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The NIDDK on Hypoglycemia

Resources on Hypoglycemia continued...

The American Dietetic Association
National Center for Nutrition and Dietetics
216 West Jackson Boulevard
Chicago, IL 60606-6995
800-366-1655 or 312-899-0040

The American Dietetic Association is a professional organization for registered dietitians. It publishes a variety of materials for patient and professional education and supports an information and referral service for the general public.

Juvenile Diabetes Foundation International
120 Wall Street
New York, NY 10005-4001
212-785-9500 or 800-JDF-CURE
Fax: 212-785-9595

The JDF is a private, voluntary organization that promotes research and public education in diabetes, primarily insulin-dependent diabetes. Local chapters, located across the country, are listed in telephone directories or can be found by contacting the national office.

National Diabetes Information Clearinghouse (NDIC)
1 Information Way
Bethesda, MD 20892-3560

The NDIC is a service of NIDDK. The clearinghouse distributes a variety of diabetes-related materials to the public and to health professionals.

Additional Readings

Bennion, L. J. Hypoglycemia: A diagnostic challenge. Clinical Diabetes, July/August 1985, pp. 85-90.

DCCT Research Group. Epidemiology of severe hypoglycemia in the Diabetes Control and Complications Trial. American Journal of Medicine, vol. 90, April 1991, pp. 450-459.

Field, J. B. Hypoglycemia: Definition, clinical presentations, classifications and laboratory tests. Endocrinology and Metabolism Clinics of North America, vol. 18, no. 1, March 1989.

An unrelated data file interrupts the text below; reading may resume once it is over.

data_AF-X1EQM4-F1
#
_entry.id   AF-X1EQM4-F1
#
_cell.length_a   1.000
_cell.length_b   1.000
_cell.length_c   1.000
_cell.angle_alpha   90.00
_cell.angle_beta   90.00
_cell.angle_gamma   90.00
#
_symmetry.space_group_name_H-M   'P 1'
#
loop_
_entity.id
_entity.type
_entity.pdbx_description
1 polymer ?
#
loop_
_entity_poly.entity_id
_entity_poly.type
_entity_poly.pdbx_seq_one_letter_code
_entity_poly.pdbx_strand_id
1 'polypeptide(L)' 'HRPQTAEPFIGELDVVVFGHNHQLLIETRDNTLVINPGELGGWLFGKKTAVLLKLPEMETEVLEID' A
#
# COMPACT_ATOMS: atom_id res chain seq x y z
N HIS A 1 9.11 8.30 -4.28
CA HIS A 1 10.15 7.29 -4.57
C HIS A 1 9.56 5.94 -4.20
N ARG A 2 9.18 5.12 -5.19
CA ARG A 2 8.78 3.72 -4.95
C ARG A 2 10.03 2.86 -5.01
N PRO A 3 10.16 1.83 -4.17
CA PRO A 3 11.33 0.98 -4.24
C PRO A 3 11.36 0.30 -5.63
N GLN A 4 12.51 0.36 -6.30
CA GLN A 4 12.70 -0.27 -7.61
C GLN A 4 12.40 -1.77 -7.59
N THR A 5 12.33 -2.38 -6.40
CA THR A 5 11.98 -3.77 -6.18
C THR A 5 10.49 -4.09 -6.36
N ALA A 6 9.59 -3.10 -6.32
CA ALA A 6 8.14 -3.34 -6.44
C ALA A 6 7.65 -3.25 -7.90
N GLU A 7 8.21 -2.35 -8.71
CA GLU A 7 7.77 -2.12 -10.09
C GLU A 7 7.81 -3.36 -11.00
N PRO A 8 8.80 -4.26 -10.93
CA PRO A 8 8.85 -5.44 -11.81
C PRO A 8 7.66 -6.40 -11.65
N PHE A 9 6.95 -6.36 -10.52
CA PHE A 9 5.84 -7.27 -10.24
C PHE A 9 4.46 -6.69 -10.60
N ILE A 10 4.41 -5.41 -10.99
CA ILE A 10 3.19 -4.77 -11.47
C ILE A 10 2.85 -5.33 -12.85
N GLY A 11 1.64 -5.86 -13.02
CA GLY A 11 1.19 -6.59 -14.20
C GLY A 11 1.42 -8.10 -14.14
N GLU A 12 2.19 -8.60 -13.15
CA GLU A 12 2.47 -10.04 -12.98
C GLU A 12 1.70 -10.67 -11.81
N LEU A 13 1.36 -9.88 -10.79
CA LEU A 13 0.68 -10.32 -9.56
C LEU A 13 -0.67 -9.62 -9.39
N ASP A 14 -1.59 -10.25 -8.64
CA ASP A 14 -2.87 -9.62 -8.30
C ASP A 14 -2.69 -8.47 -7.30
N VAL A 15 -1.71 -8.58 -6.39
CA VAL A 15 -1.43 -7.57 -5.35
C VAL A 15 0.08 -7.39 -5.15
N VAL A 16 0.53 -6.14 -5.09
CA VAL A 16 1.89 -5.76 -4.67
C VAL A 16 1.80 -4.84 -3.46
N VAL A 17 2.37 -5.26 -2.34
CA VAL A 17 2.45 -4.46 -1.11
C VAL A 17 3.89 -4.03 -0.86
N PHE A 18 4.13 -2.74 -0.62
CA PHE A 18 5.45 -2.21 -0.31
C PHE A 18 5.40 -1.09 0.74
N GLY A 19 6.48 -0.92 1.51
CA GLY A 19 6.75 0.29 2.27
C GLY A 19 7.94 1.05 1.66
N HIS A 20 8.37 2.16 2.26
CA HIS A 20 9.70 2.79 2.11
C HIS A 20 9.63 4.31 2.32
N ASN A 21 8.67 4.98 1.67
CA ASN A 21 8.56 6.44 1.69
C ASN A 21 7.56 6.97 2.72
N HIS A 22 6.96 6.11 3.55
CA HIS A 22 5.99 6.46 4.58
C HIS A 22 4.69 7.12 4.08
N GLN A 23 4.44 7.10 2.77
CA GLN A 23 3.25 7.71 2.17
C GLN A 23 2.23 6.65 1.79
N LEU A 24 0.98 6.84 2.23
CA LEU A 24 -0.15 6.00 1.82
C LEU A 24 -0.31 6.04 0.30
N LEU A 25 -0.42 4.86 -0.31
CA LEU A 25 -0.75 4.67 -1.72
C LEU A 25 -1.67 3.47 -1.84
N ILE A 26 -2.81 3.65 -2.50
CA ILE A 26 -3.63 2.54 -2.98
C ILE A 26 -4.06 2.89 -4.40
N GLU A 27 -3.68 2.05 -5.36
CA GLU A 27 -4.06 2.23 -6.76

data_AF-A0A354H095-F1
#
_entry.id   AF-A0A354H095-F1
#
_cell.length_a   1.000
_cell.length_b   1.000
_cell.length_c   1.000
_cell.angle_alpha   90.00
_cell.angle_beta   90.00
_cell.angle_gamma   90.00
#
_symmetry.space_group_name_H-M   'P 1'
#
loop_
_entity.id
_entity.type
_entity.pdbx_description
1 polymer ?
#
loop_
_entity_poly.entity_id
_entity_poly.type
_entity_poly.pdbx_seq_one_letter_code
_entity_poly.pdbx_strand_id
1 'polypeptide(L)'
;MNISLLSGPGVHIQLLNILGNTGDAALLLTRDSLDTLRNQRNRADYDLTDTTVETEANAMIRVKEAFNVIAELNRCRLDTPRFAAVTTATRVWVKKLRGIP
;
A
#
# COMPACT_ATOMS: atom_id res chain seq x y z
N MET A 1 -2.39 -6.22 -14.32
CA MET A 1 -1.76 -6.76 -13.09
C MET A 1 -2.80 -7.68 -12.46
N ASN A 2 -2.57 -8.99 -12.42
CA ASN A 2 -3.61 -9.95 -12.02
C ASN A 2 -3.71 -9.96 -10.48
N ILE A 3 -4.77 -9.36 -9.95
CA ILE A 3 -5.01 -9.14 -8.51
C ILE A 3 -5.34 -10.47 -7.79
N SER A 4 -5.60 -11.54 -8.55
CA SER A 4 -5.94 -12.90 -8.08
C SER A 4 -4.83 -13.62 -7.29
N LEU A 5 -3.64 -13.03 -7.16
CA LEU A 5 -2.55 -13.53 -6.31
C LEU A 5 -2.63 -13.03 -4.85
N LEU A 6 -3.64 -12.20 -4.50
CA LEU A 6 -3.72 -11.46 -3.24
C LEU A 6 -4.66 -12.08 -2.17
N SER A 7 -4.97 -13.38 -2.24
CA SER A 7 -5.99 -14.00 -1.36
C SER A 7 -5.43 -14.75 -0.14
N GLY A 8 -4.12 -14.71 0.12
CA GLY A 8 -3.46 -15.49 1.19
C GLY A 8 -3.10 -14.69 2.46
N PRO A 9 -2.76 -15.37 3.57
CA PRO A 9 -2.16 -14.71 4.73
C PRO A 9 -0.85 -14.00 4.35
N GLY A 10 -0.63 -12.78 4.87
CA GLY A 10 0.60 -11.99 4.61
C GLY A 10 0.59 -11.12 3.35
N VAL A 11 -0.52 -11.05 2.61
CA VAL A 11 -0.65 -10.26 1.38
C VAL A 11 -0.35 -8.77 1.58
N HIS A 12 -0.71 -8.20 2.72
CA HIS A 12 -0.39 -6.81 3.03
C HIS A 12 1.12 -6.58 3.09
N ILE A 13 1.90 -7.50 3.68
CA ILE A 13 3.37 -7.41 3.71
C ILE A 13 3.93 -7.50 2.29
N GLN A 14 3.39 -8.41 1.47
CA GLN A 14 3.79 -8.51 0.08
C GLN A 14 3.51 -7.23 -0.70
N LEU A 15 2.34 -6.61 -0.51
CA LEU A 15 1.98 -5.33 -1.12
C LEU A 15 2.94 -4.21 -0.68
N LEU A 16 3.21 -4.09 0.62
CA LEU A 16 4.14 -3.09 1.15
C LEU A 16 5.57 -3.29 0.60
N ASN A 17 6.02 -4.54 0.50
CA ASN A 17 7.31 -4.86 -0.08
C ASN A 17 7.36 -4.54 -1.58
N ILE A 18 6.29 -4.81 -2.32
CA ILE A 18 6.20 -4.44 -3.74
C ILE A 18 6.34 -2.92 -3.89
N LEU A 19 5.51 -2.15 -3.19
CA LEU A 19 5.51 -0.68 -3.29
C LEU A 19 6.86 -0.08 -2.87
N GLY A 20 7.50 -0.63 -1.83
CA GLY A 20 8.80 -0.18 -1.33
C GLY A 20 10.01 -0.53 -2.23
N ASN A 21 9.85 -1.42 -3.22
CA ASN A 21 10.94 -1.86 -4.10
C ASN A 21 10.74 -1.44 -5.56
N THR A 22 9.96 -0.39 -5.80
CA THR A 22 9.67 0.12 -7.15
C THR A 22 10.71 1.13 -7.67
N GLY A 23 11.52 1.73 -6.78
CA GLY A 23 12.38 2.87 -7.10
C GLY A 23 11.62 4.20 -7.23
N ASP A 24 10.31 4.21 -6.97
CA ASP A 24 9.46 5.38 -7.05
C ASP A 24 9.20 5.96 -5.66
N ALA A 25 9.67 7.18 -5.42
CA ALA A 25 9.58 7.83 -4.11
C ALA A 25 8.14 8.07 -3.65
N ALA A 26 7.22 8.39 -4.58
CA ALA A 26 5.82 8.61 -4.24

Foster, D., & Rubenstein, A. Hypoglycemia, insulinoma, and other hormone-secreting tumors of the pancreas. In Principles of Internal Medicine. E. Braunwald, K. J. Isselbacher, R. G. Petersdorf, J. D. Wilson, J. B. Martin, & A. S. Fauci (Eds.). McGraw-Hill Book Company, 1987, pp. 1800-1807.

Metz, R. J. Is the problem hypoglycemia? Patient Care, Oct. 15, 1983, pp. 61-89.

Nelson, R. L. Oral glucose tolerance test: Indications and limitations. Mayo Clinic Proceedings, vol. 63, 1988, pp. 263-269.

Palardy, J. et al. Blood glucose measurements during symptomatic episodes in patients with suspected postprandial hypoglycemia. New England Journal of Medicine, Nov. 23, 1989, pp. 1421-1425.

Service, F. J. Hypoglycemic disorders. New England Journal of Medicine, April 27, 1995, pp. 1144-1152.

Service, F. J. Hypoglycemia and the postprandial syndrome. New England Journal of Medicine (Editorial), Nov. 23, 1989, pp. 1472-1474.

Service, F. J. Hypoglycemia. In Cecil's Textbook of Medicine. J. B. Wyngaarden & L. H. Smith, Jr. (Eds.). W. B. Saunders Company, 1988, pp. 1381-1387.

WebMD Public Information from the U.S. National Institutes of Health


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If the level is below 70 or you are experiencing symptoms such as shaking, sweating or difficulty thinking, you will need to raise the number immediately. A quick solution is to eat a few pieces of hard candy or 1 tablespoon of sugar or honey. Recheck your numbers again in 15 minutes to see if the number has gone up. If not, repeat the steps above or call your doctor.

People who experience hypoglycemia several times in a week should call their health care provider. It's important to monitor your levels each day so you can make sure your numbers are within the range. If you are pregnant always consult with your health care provider.

Congratulations on taking steps to manage your health.

However, it's important to continue to track your numbers so that you can make lifestyle changes if needed. If you are pregnant always consult with your physician.

Your level is high if this reading was taken before eating. Aim for 70-130 before meals and less than 180 two hours after meals.

Even if your number is high, it's not too late for you to take control of your health and lower your blood sugar.

One of the first steps is to monitor your levels each day. If you are pregnant always consult with your physician.

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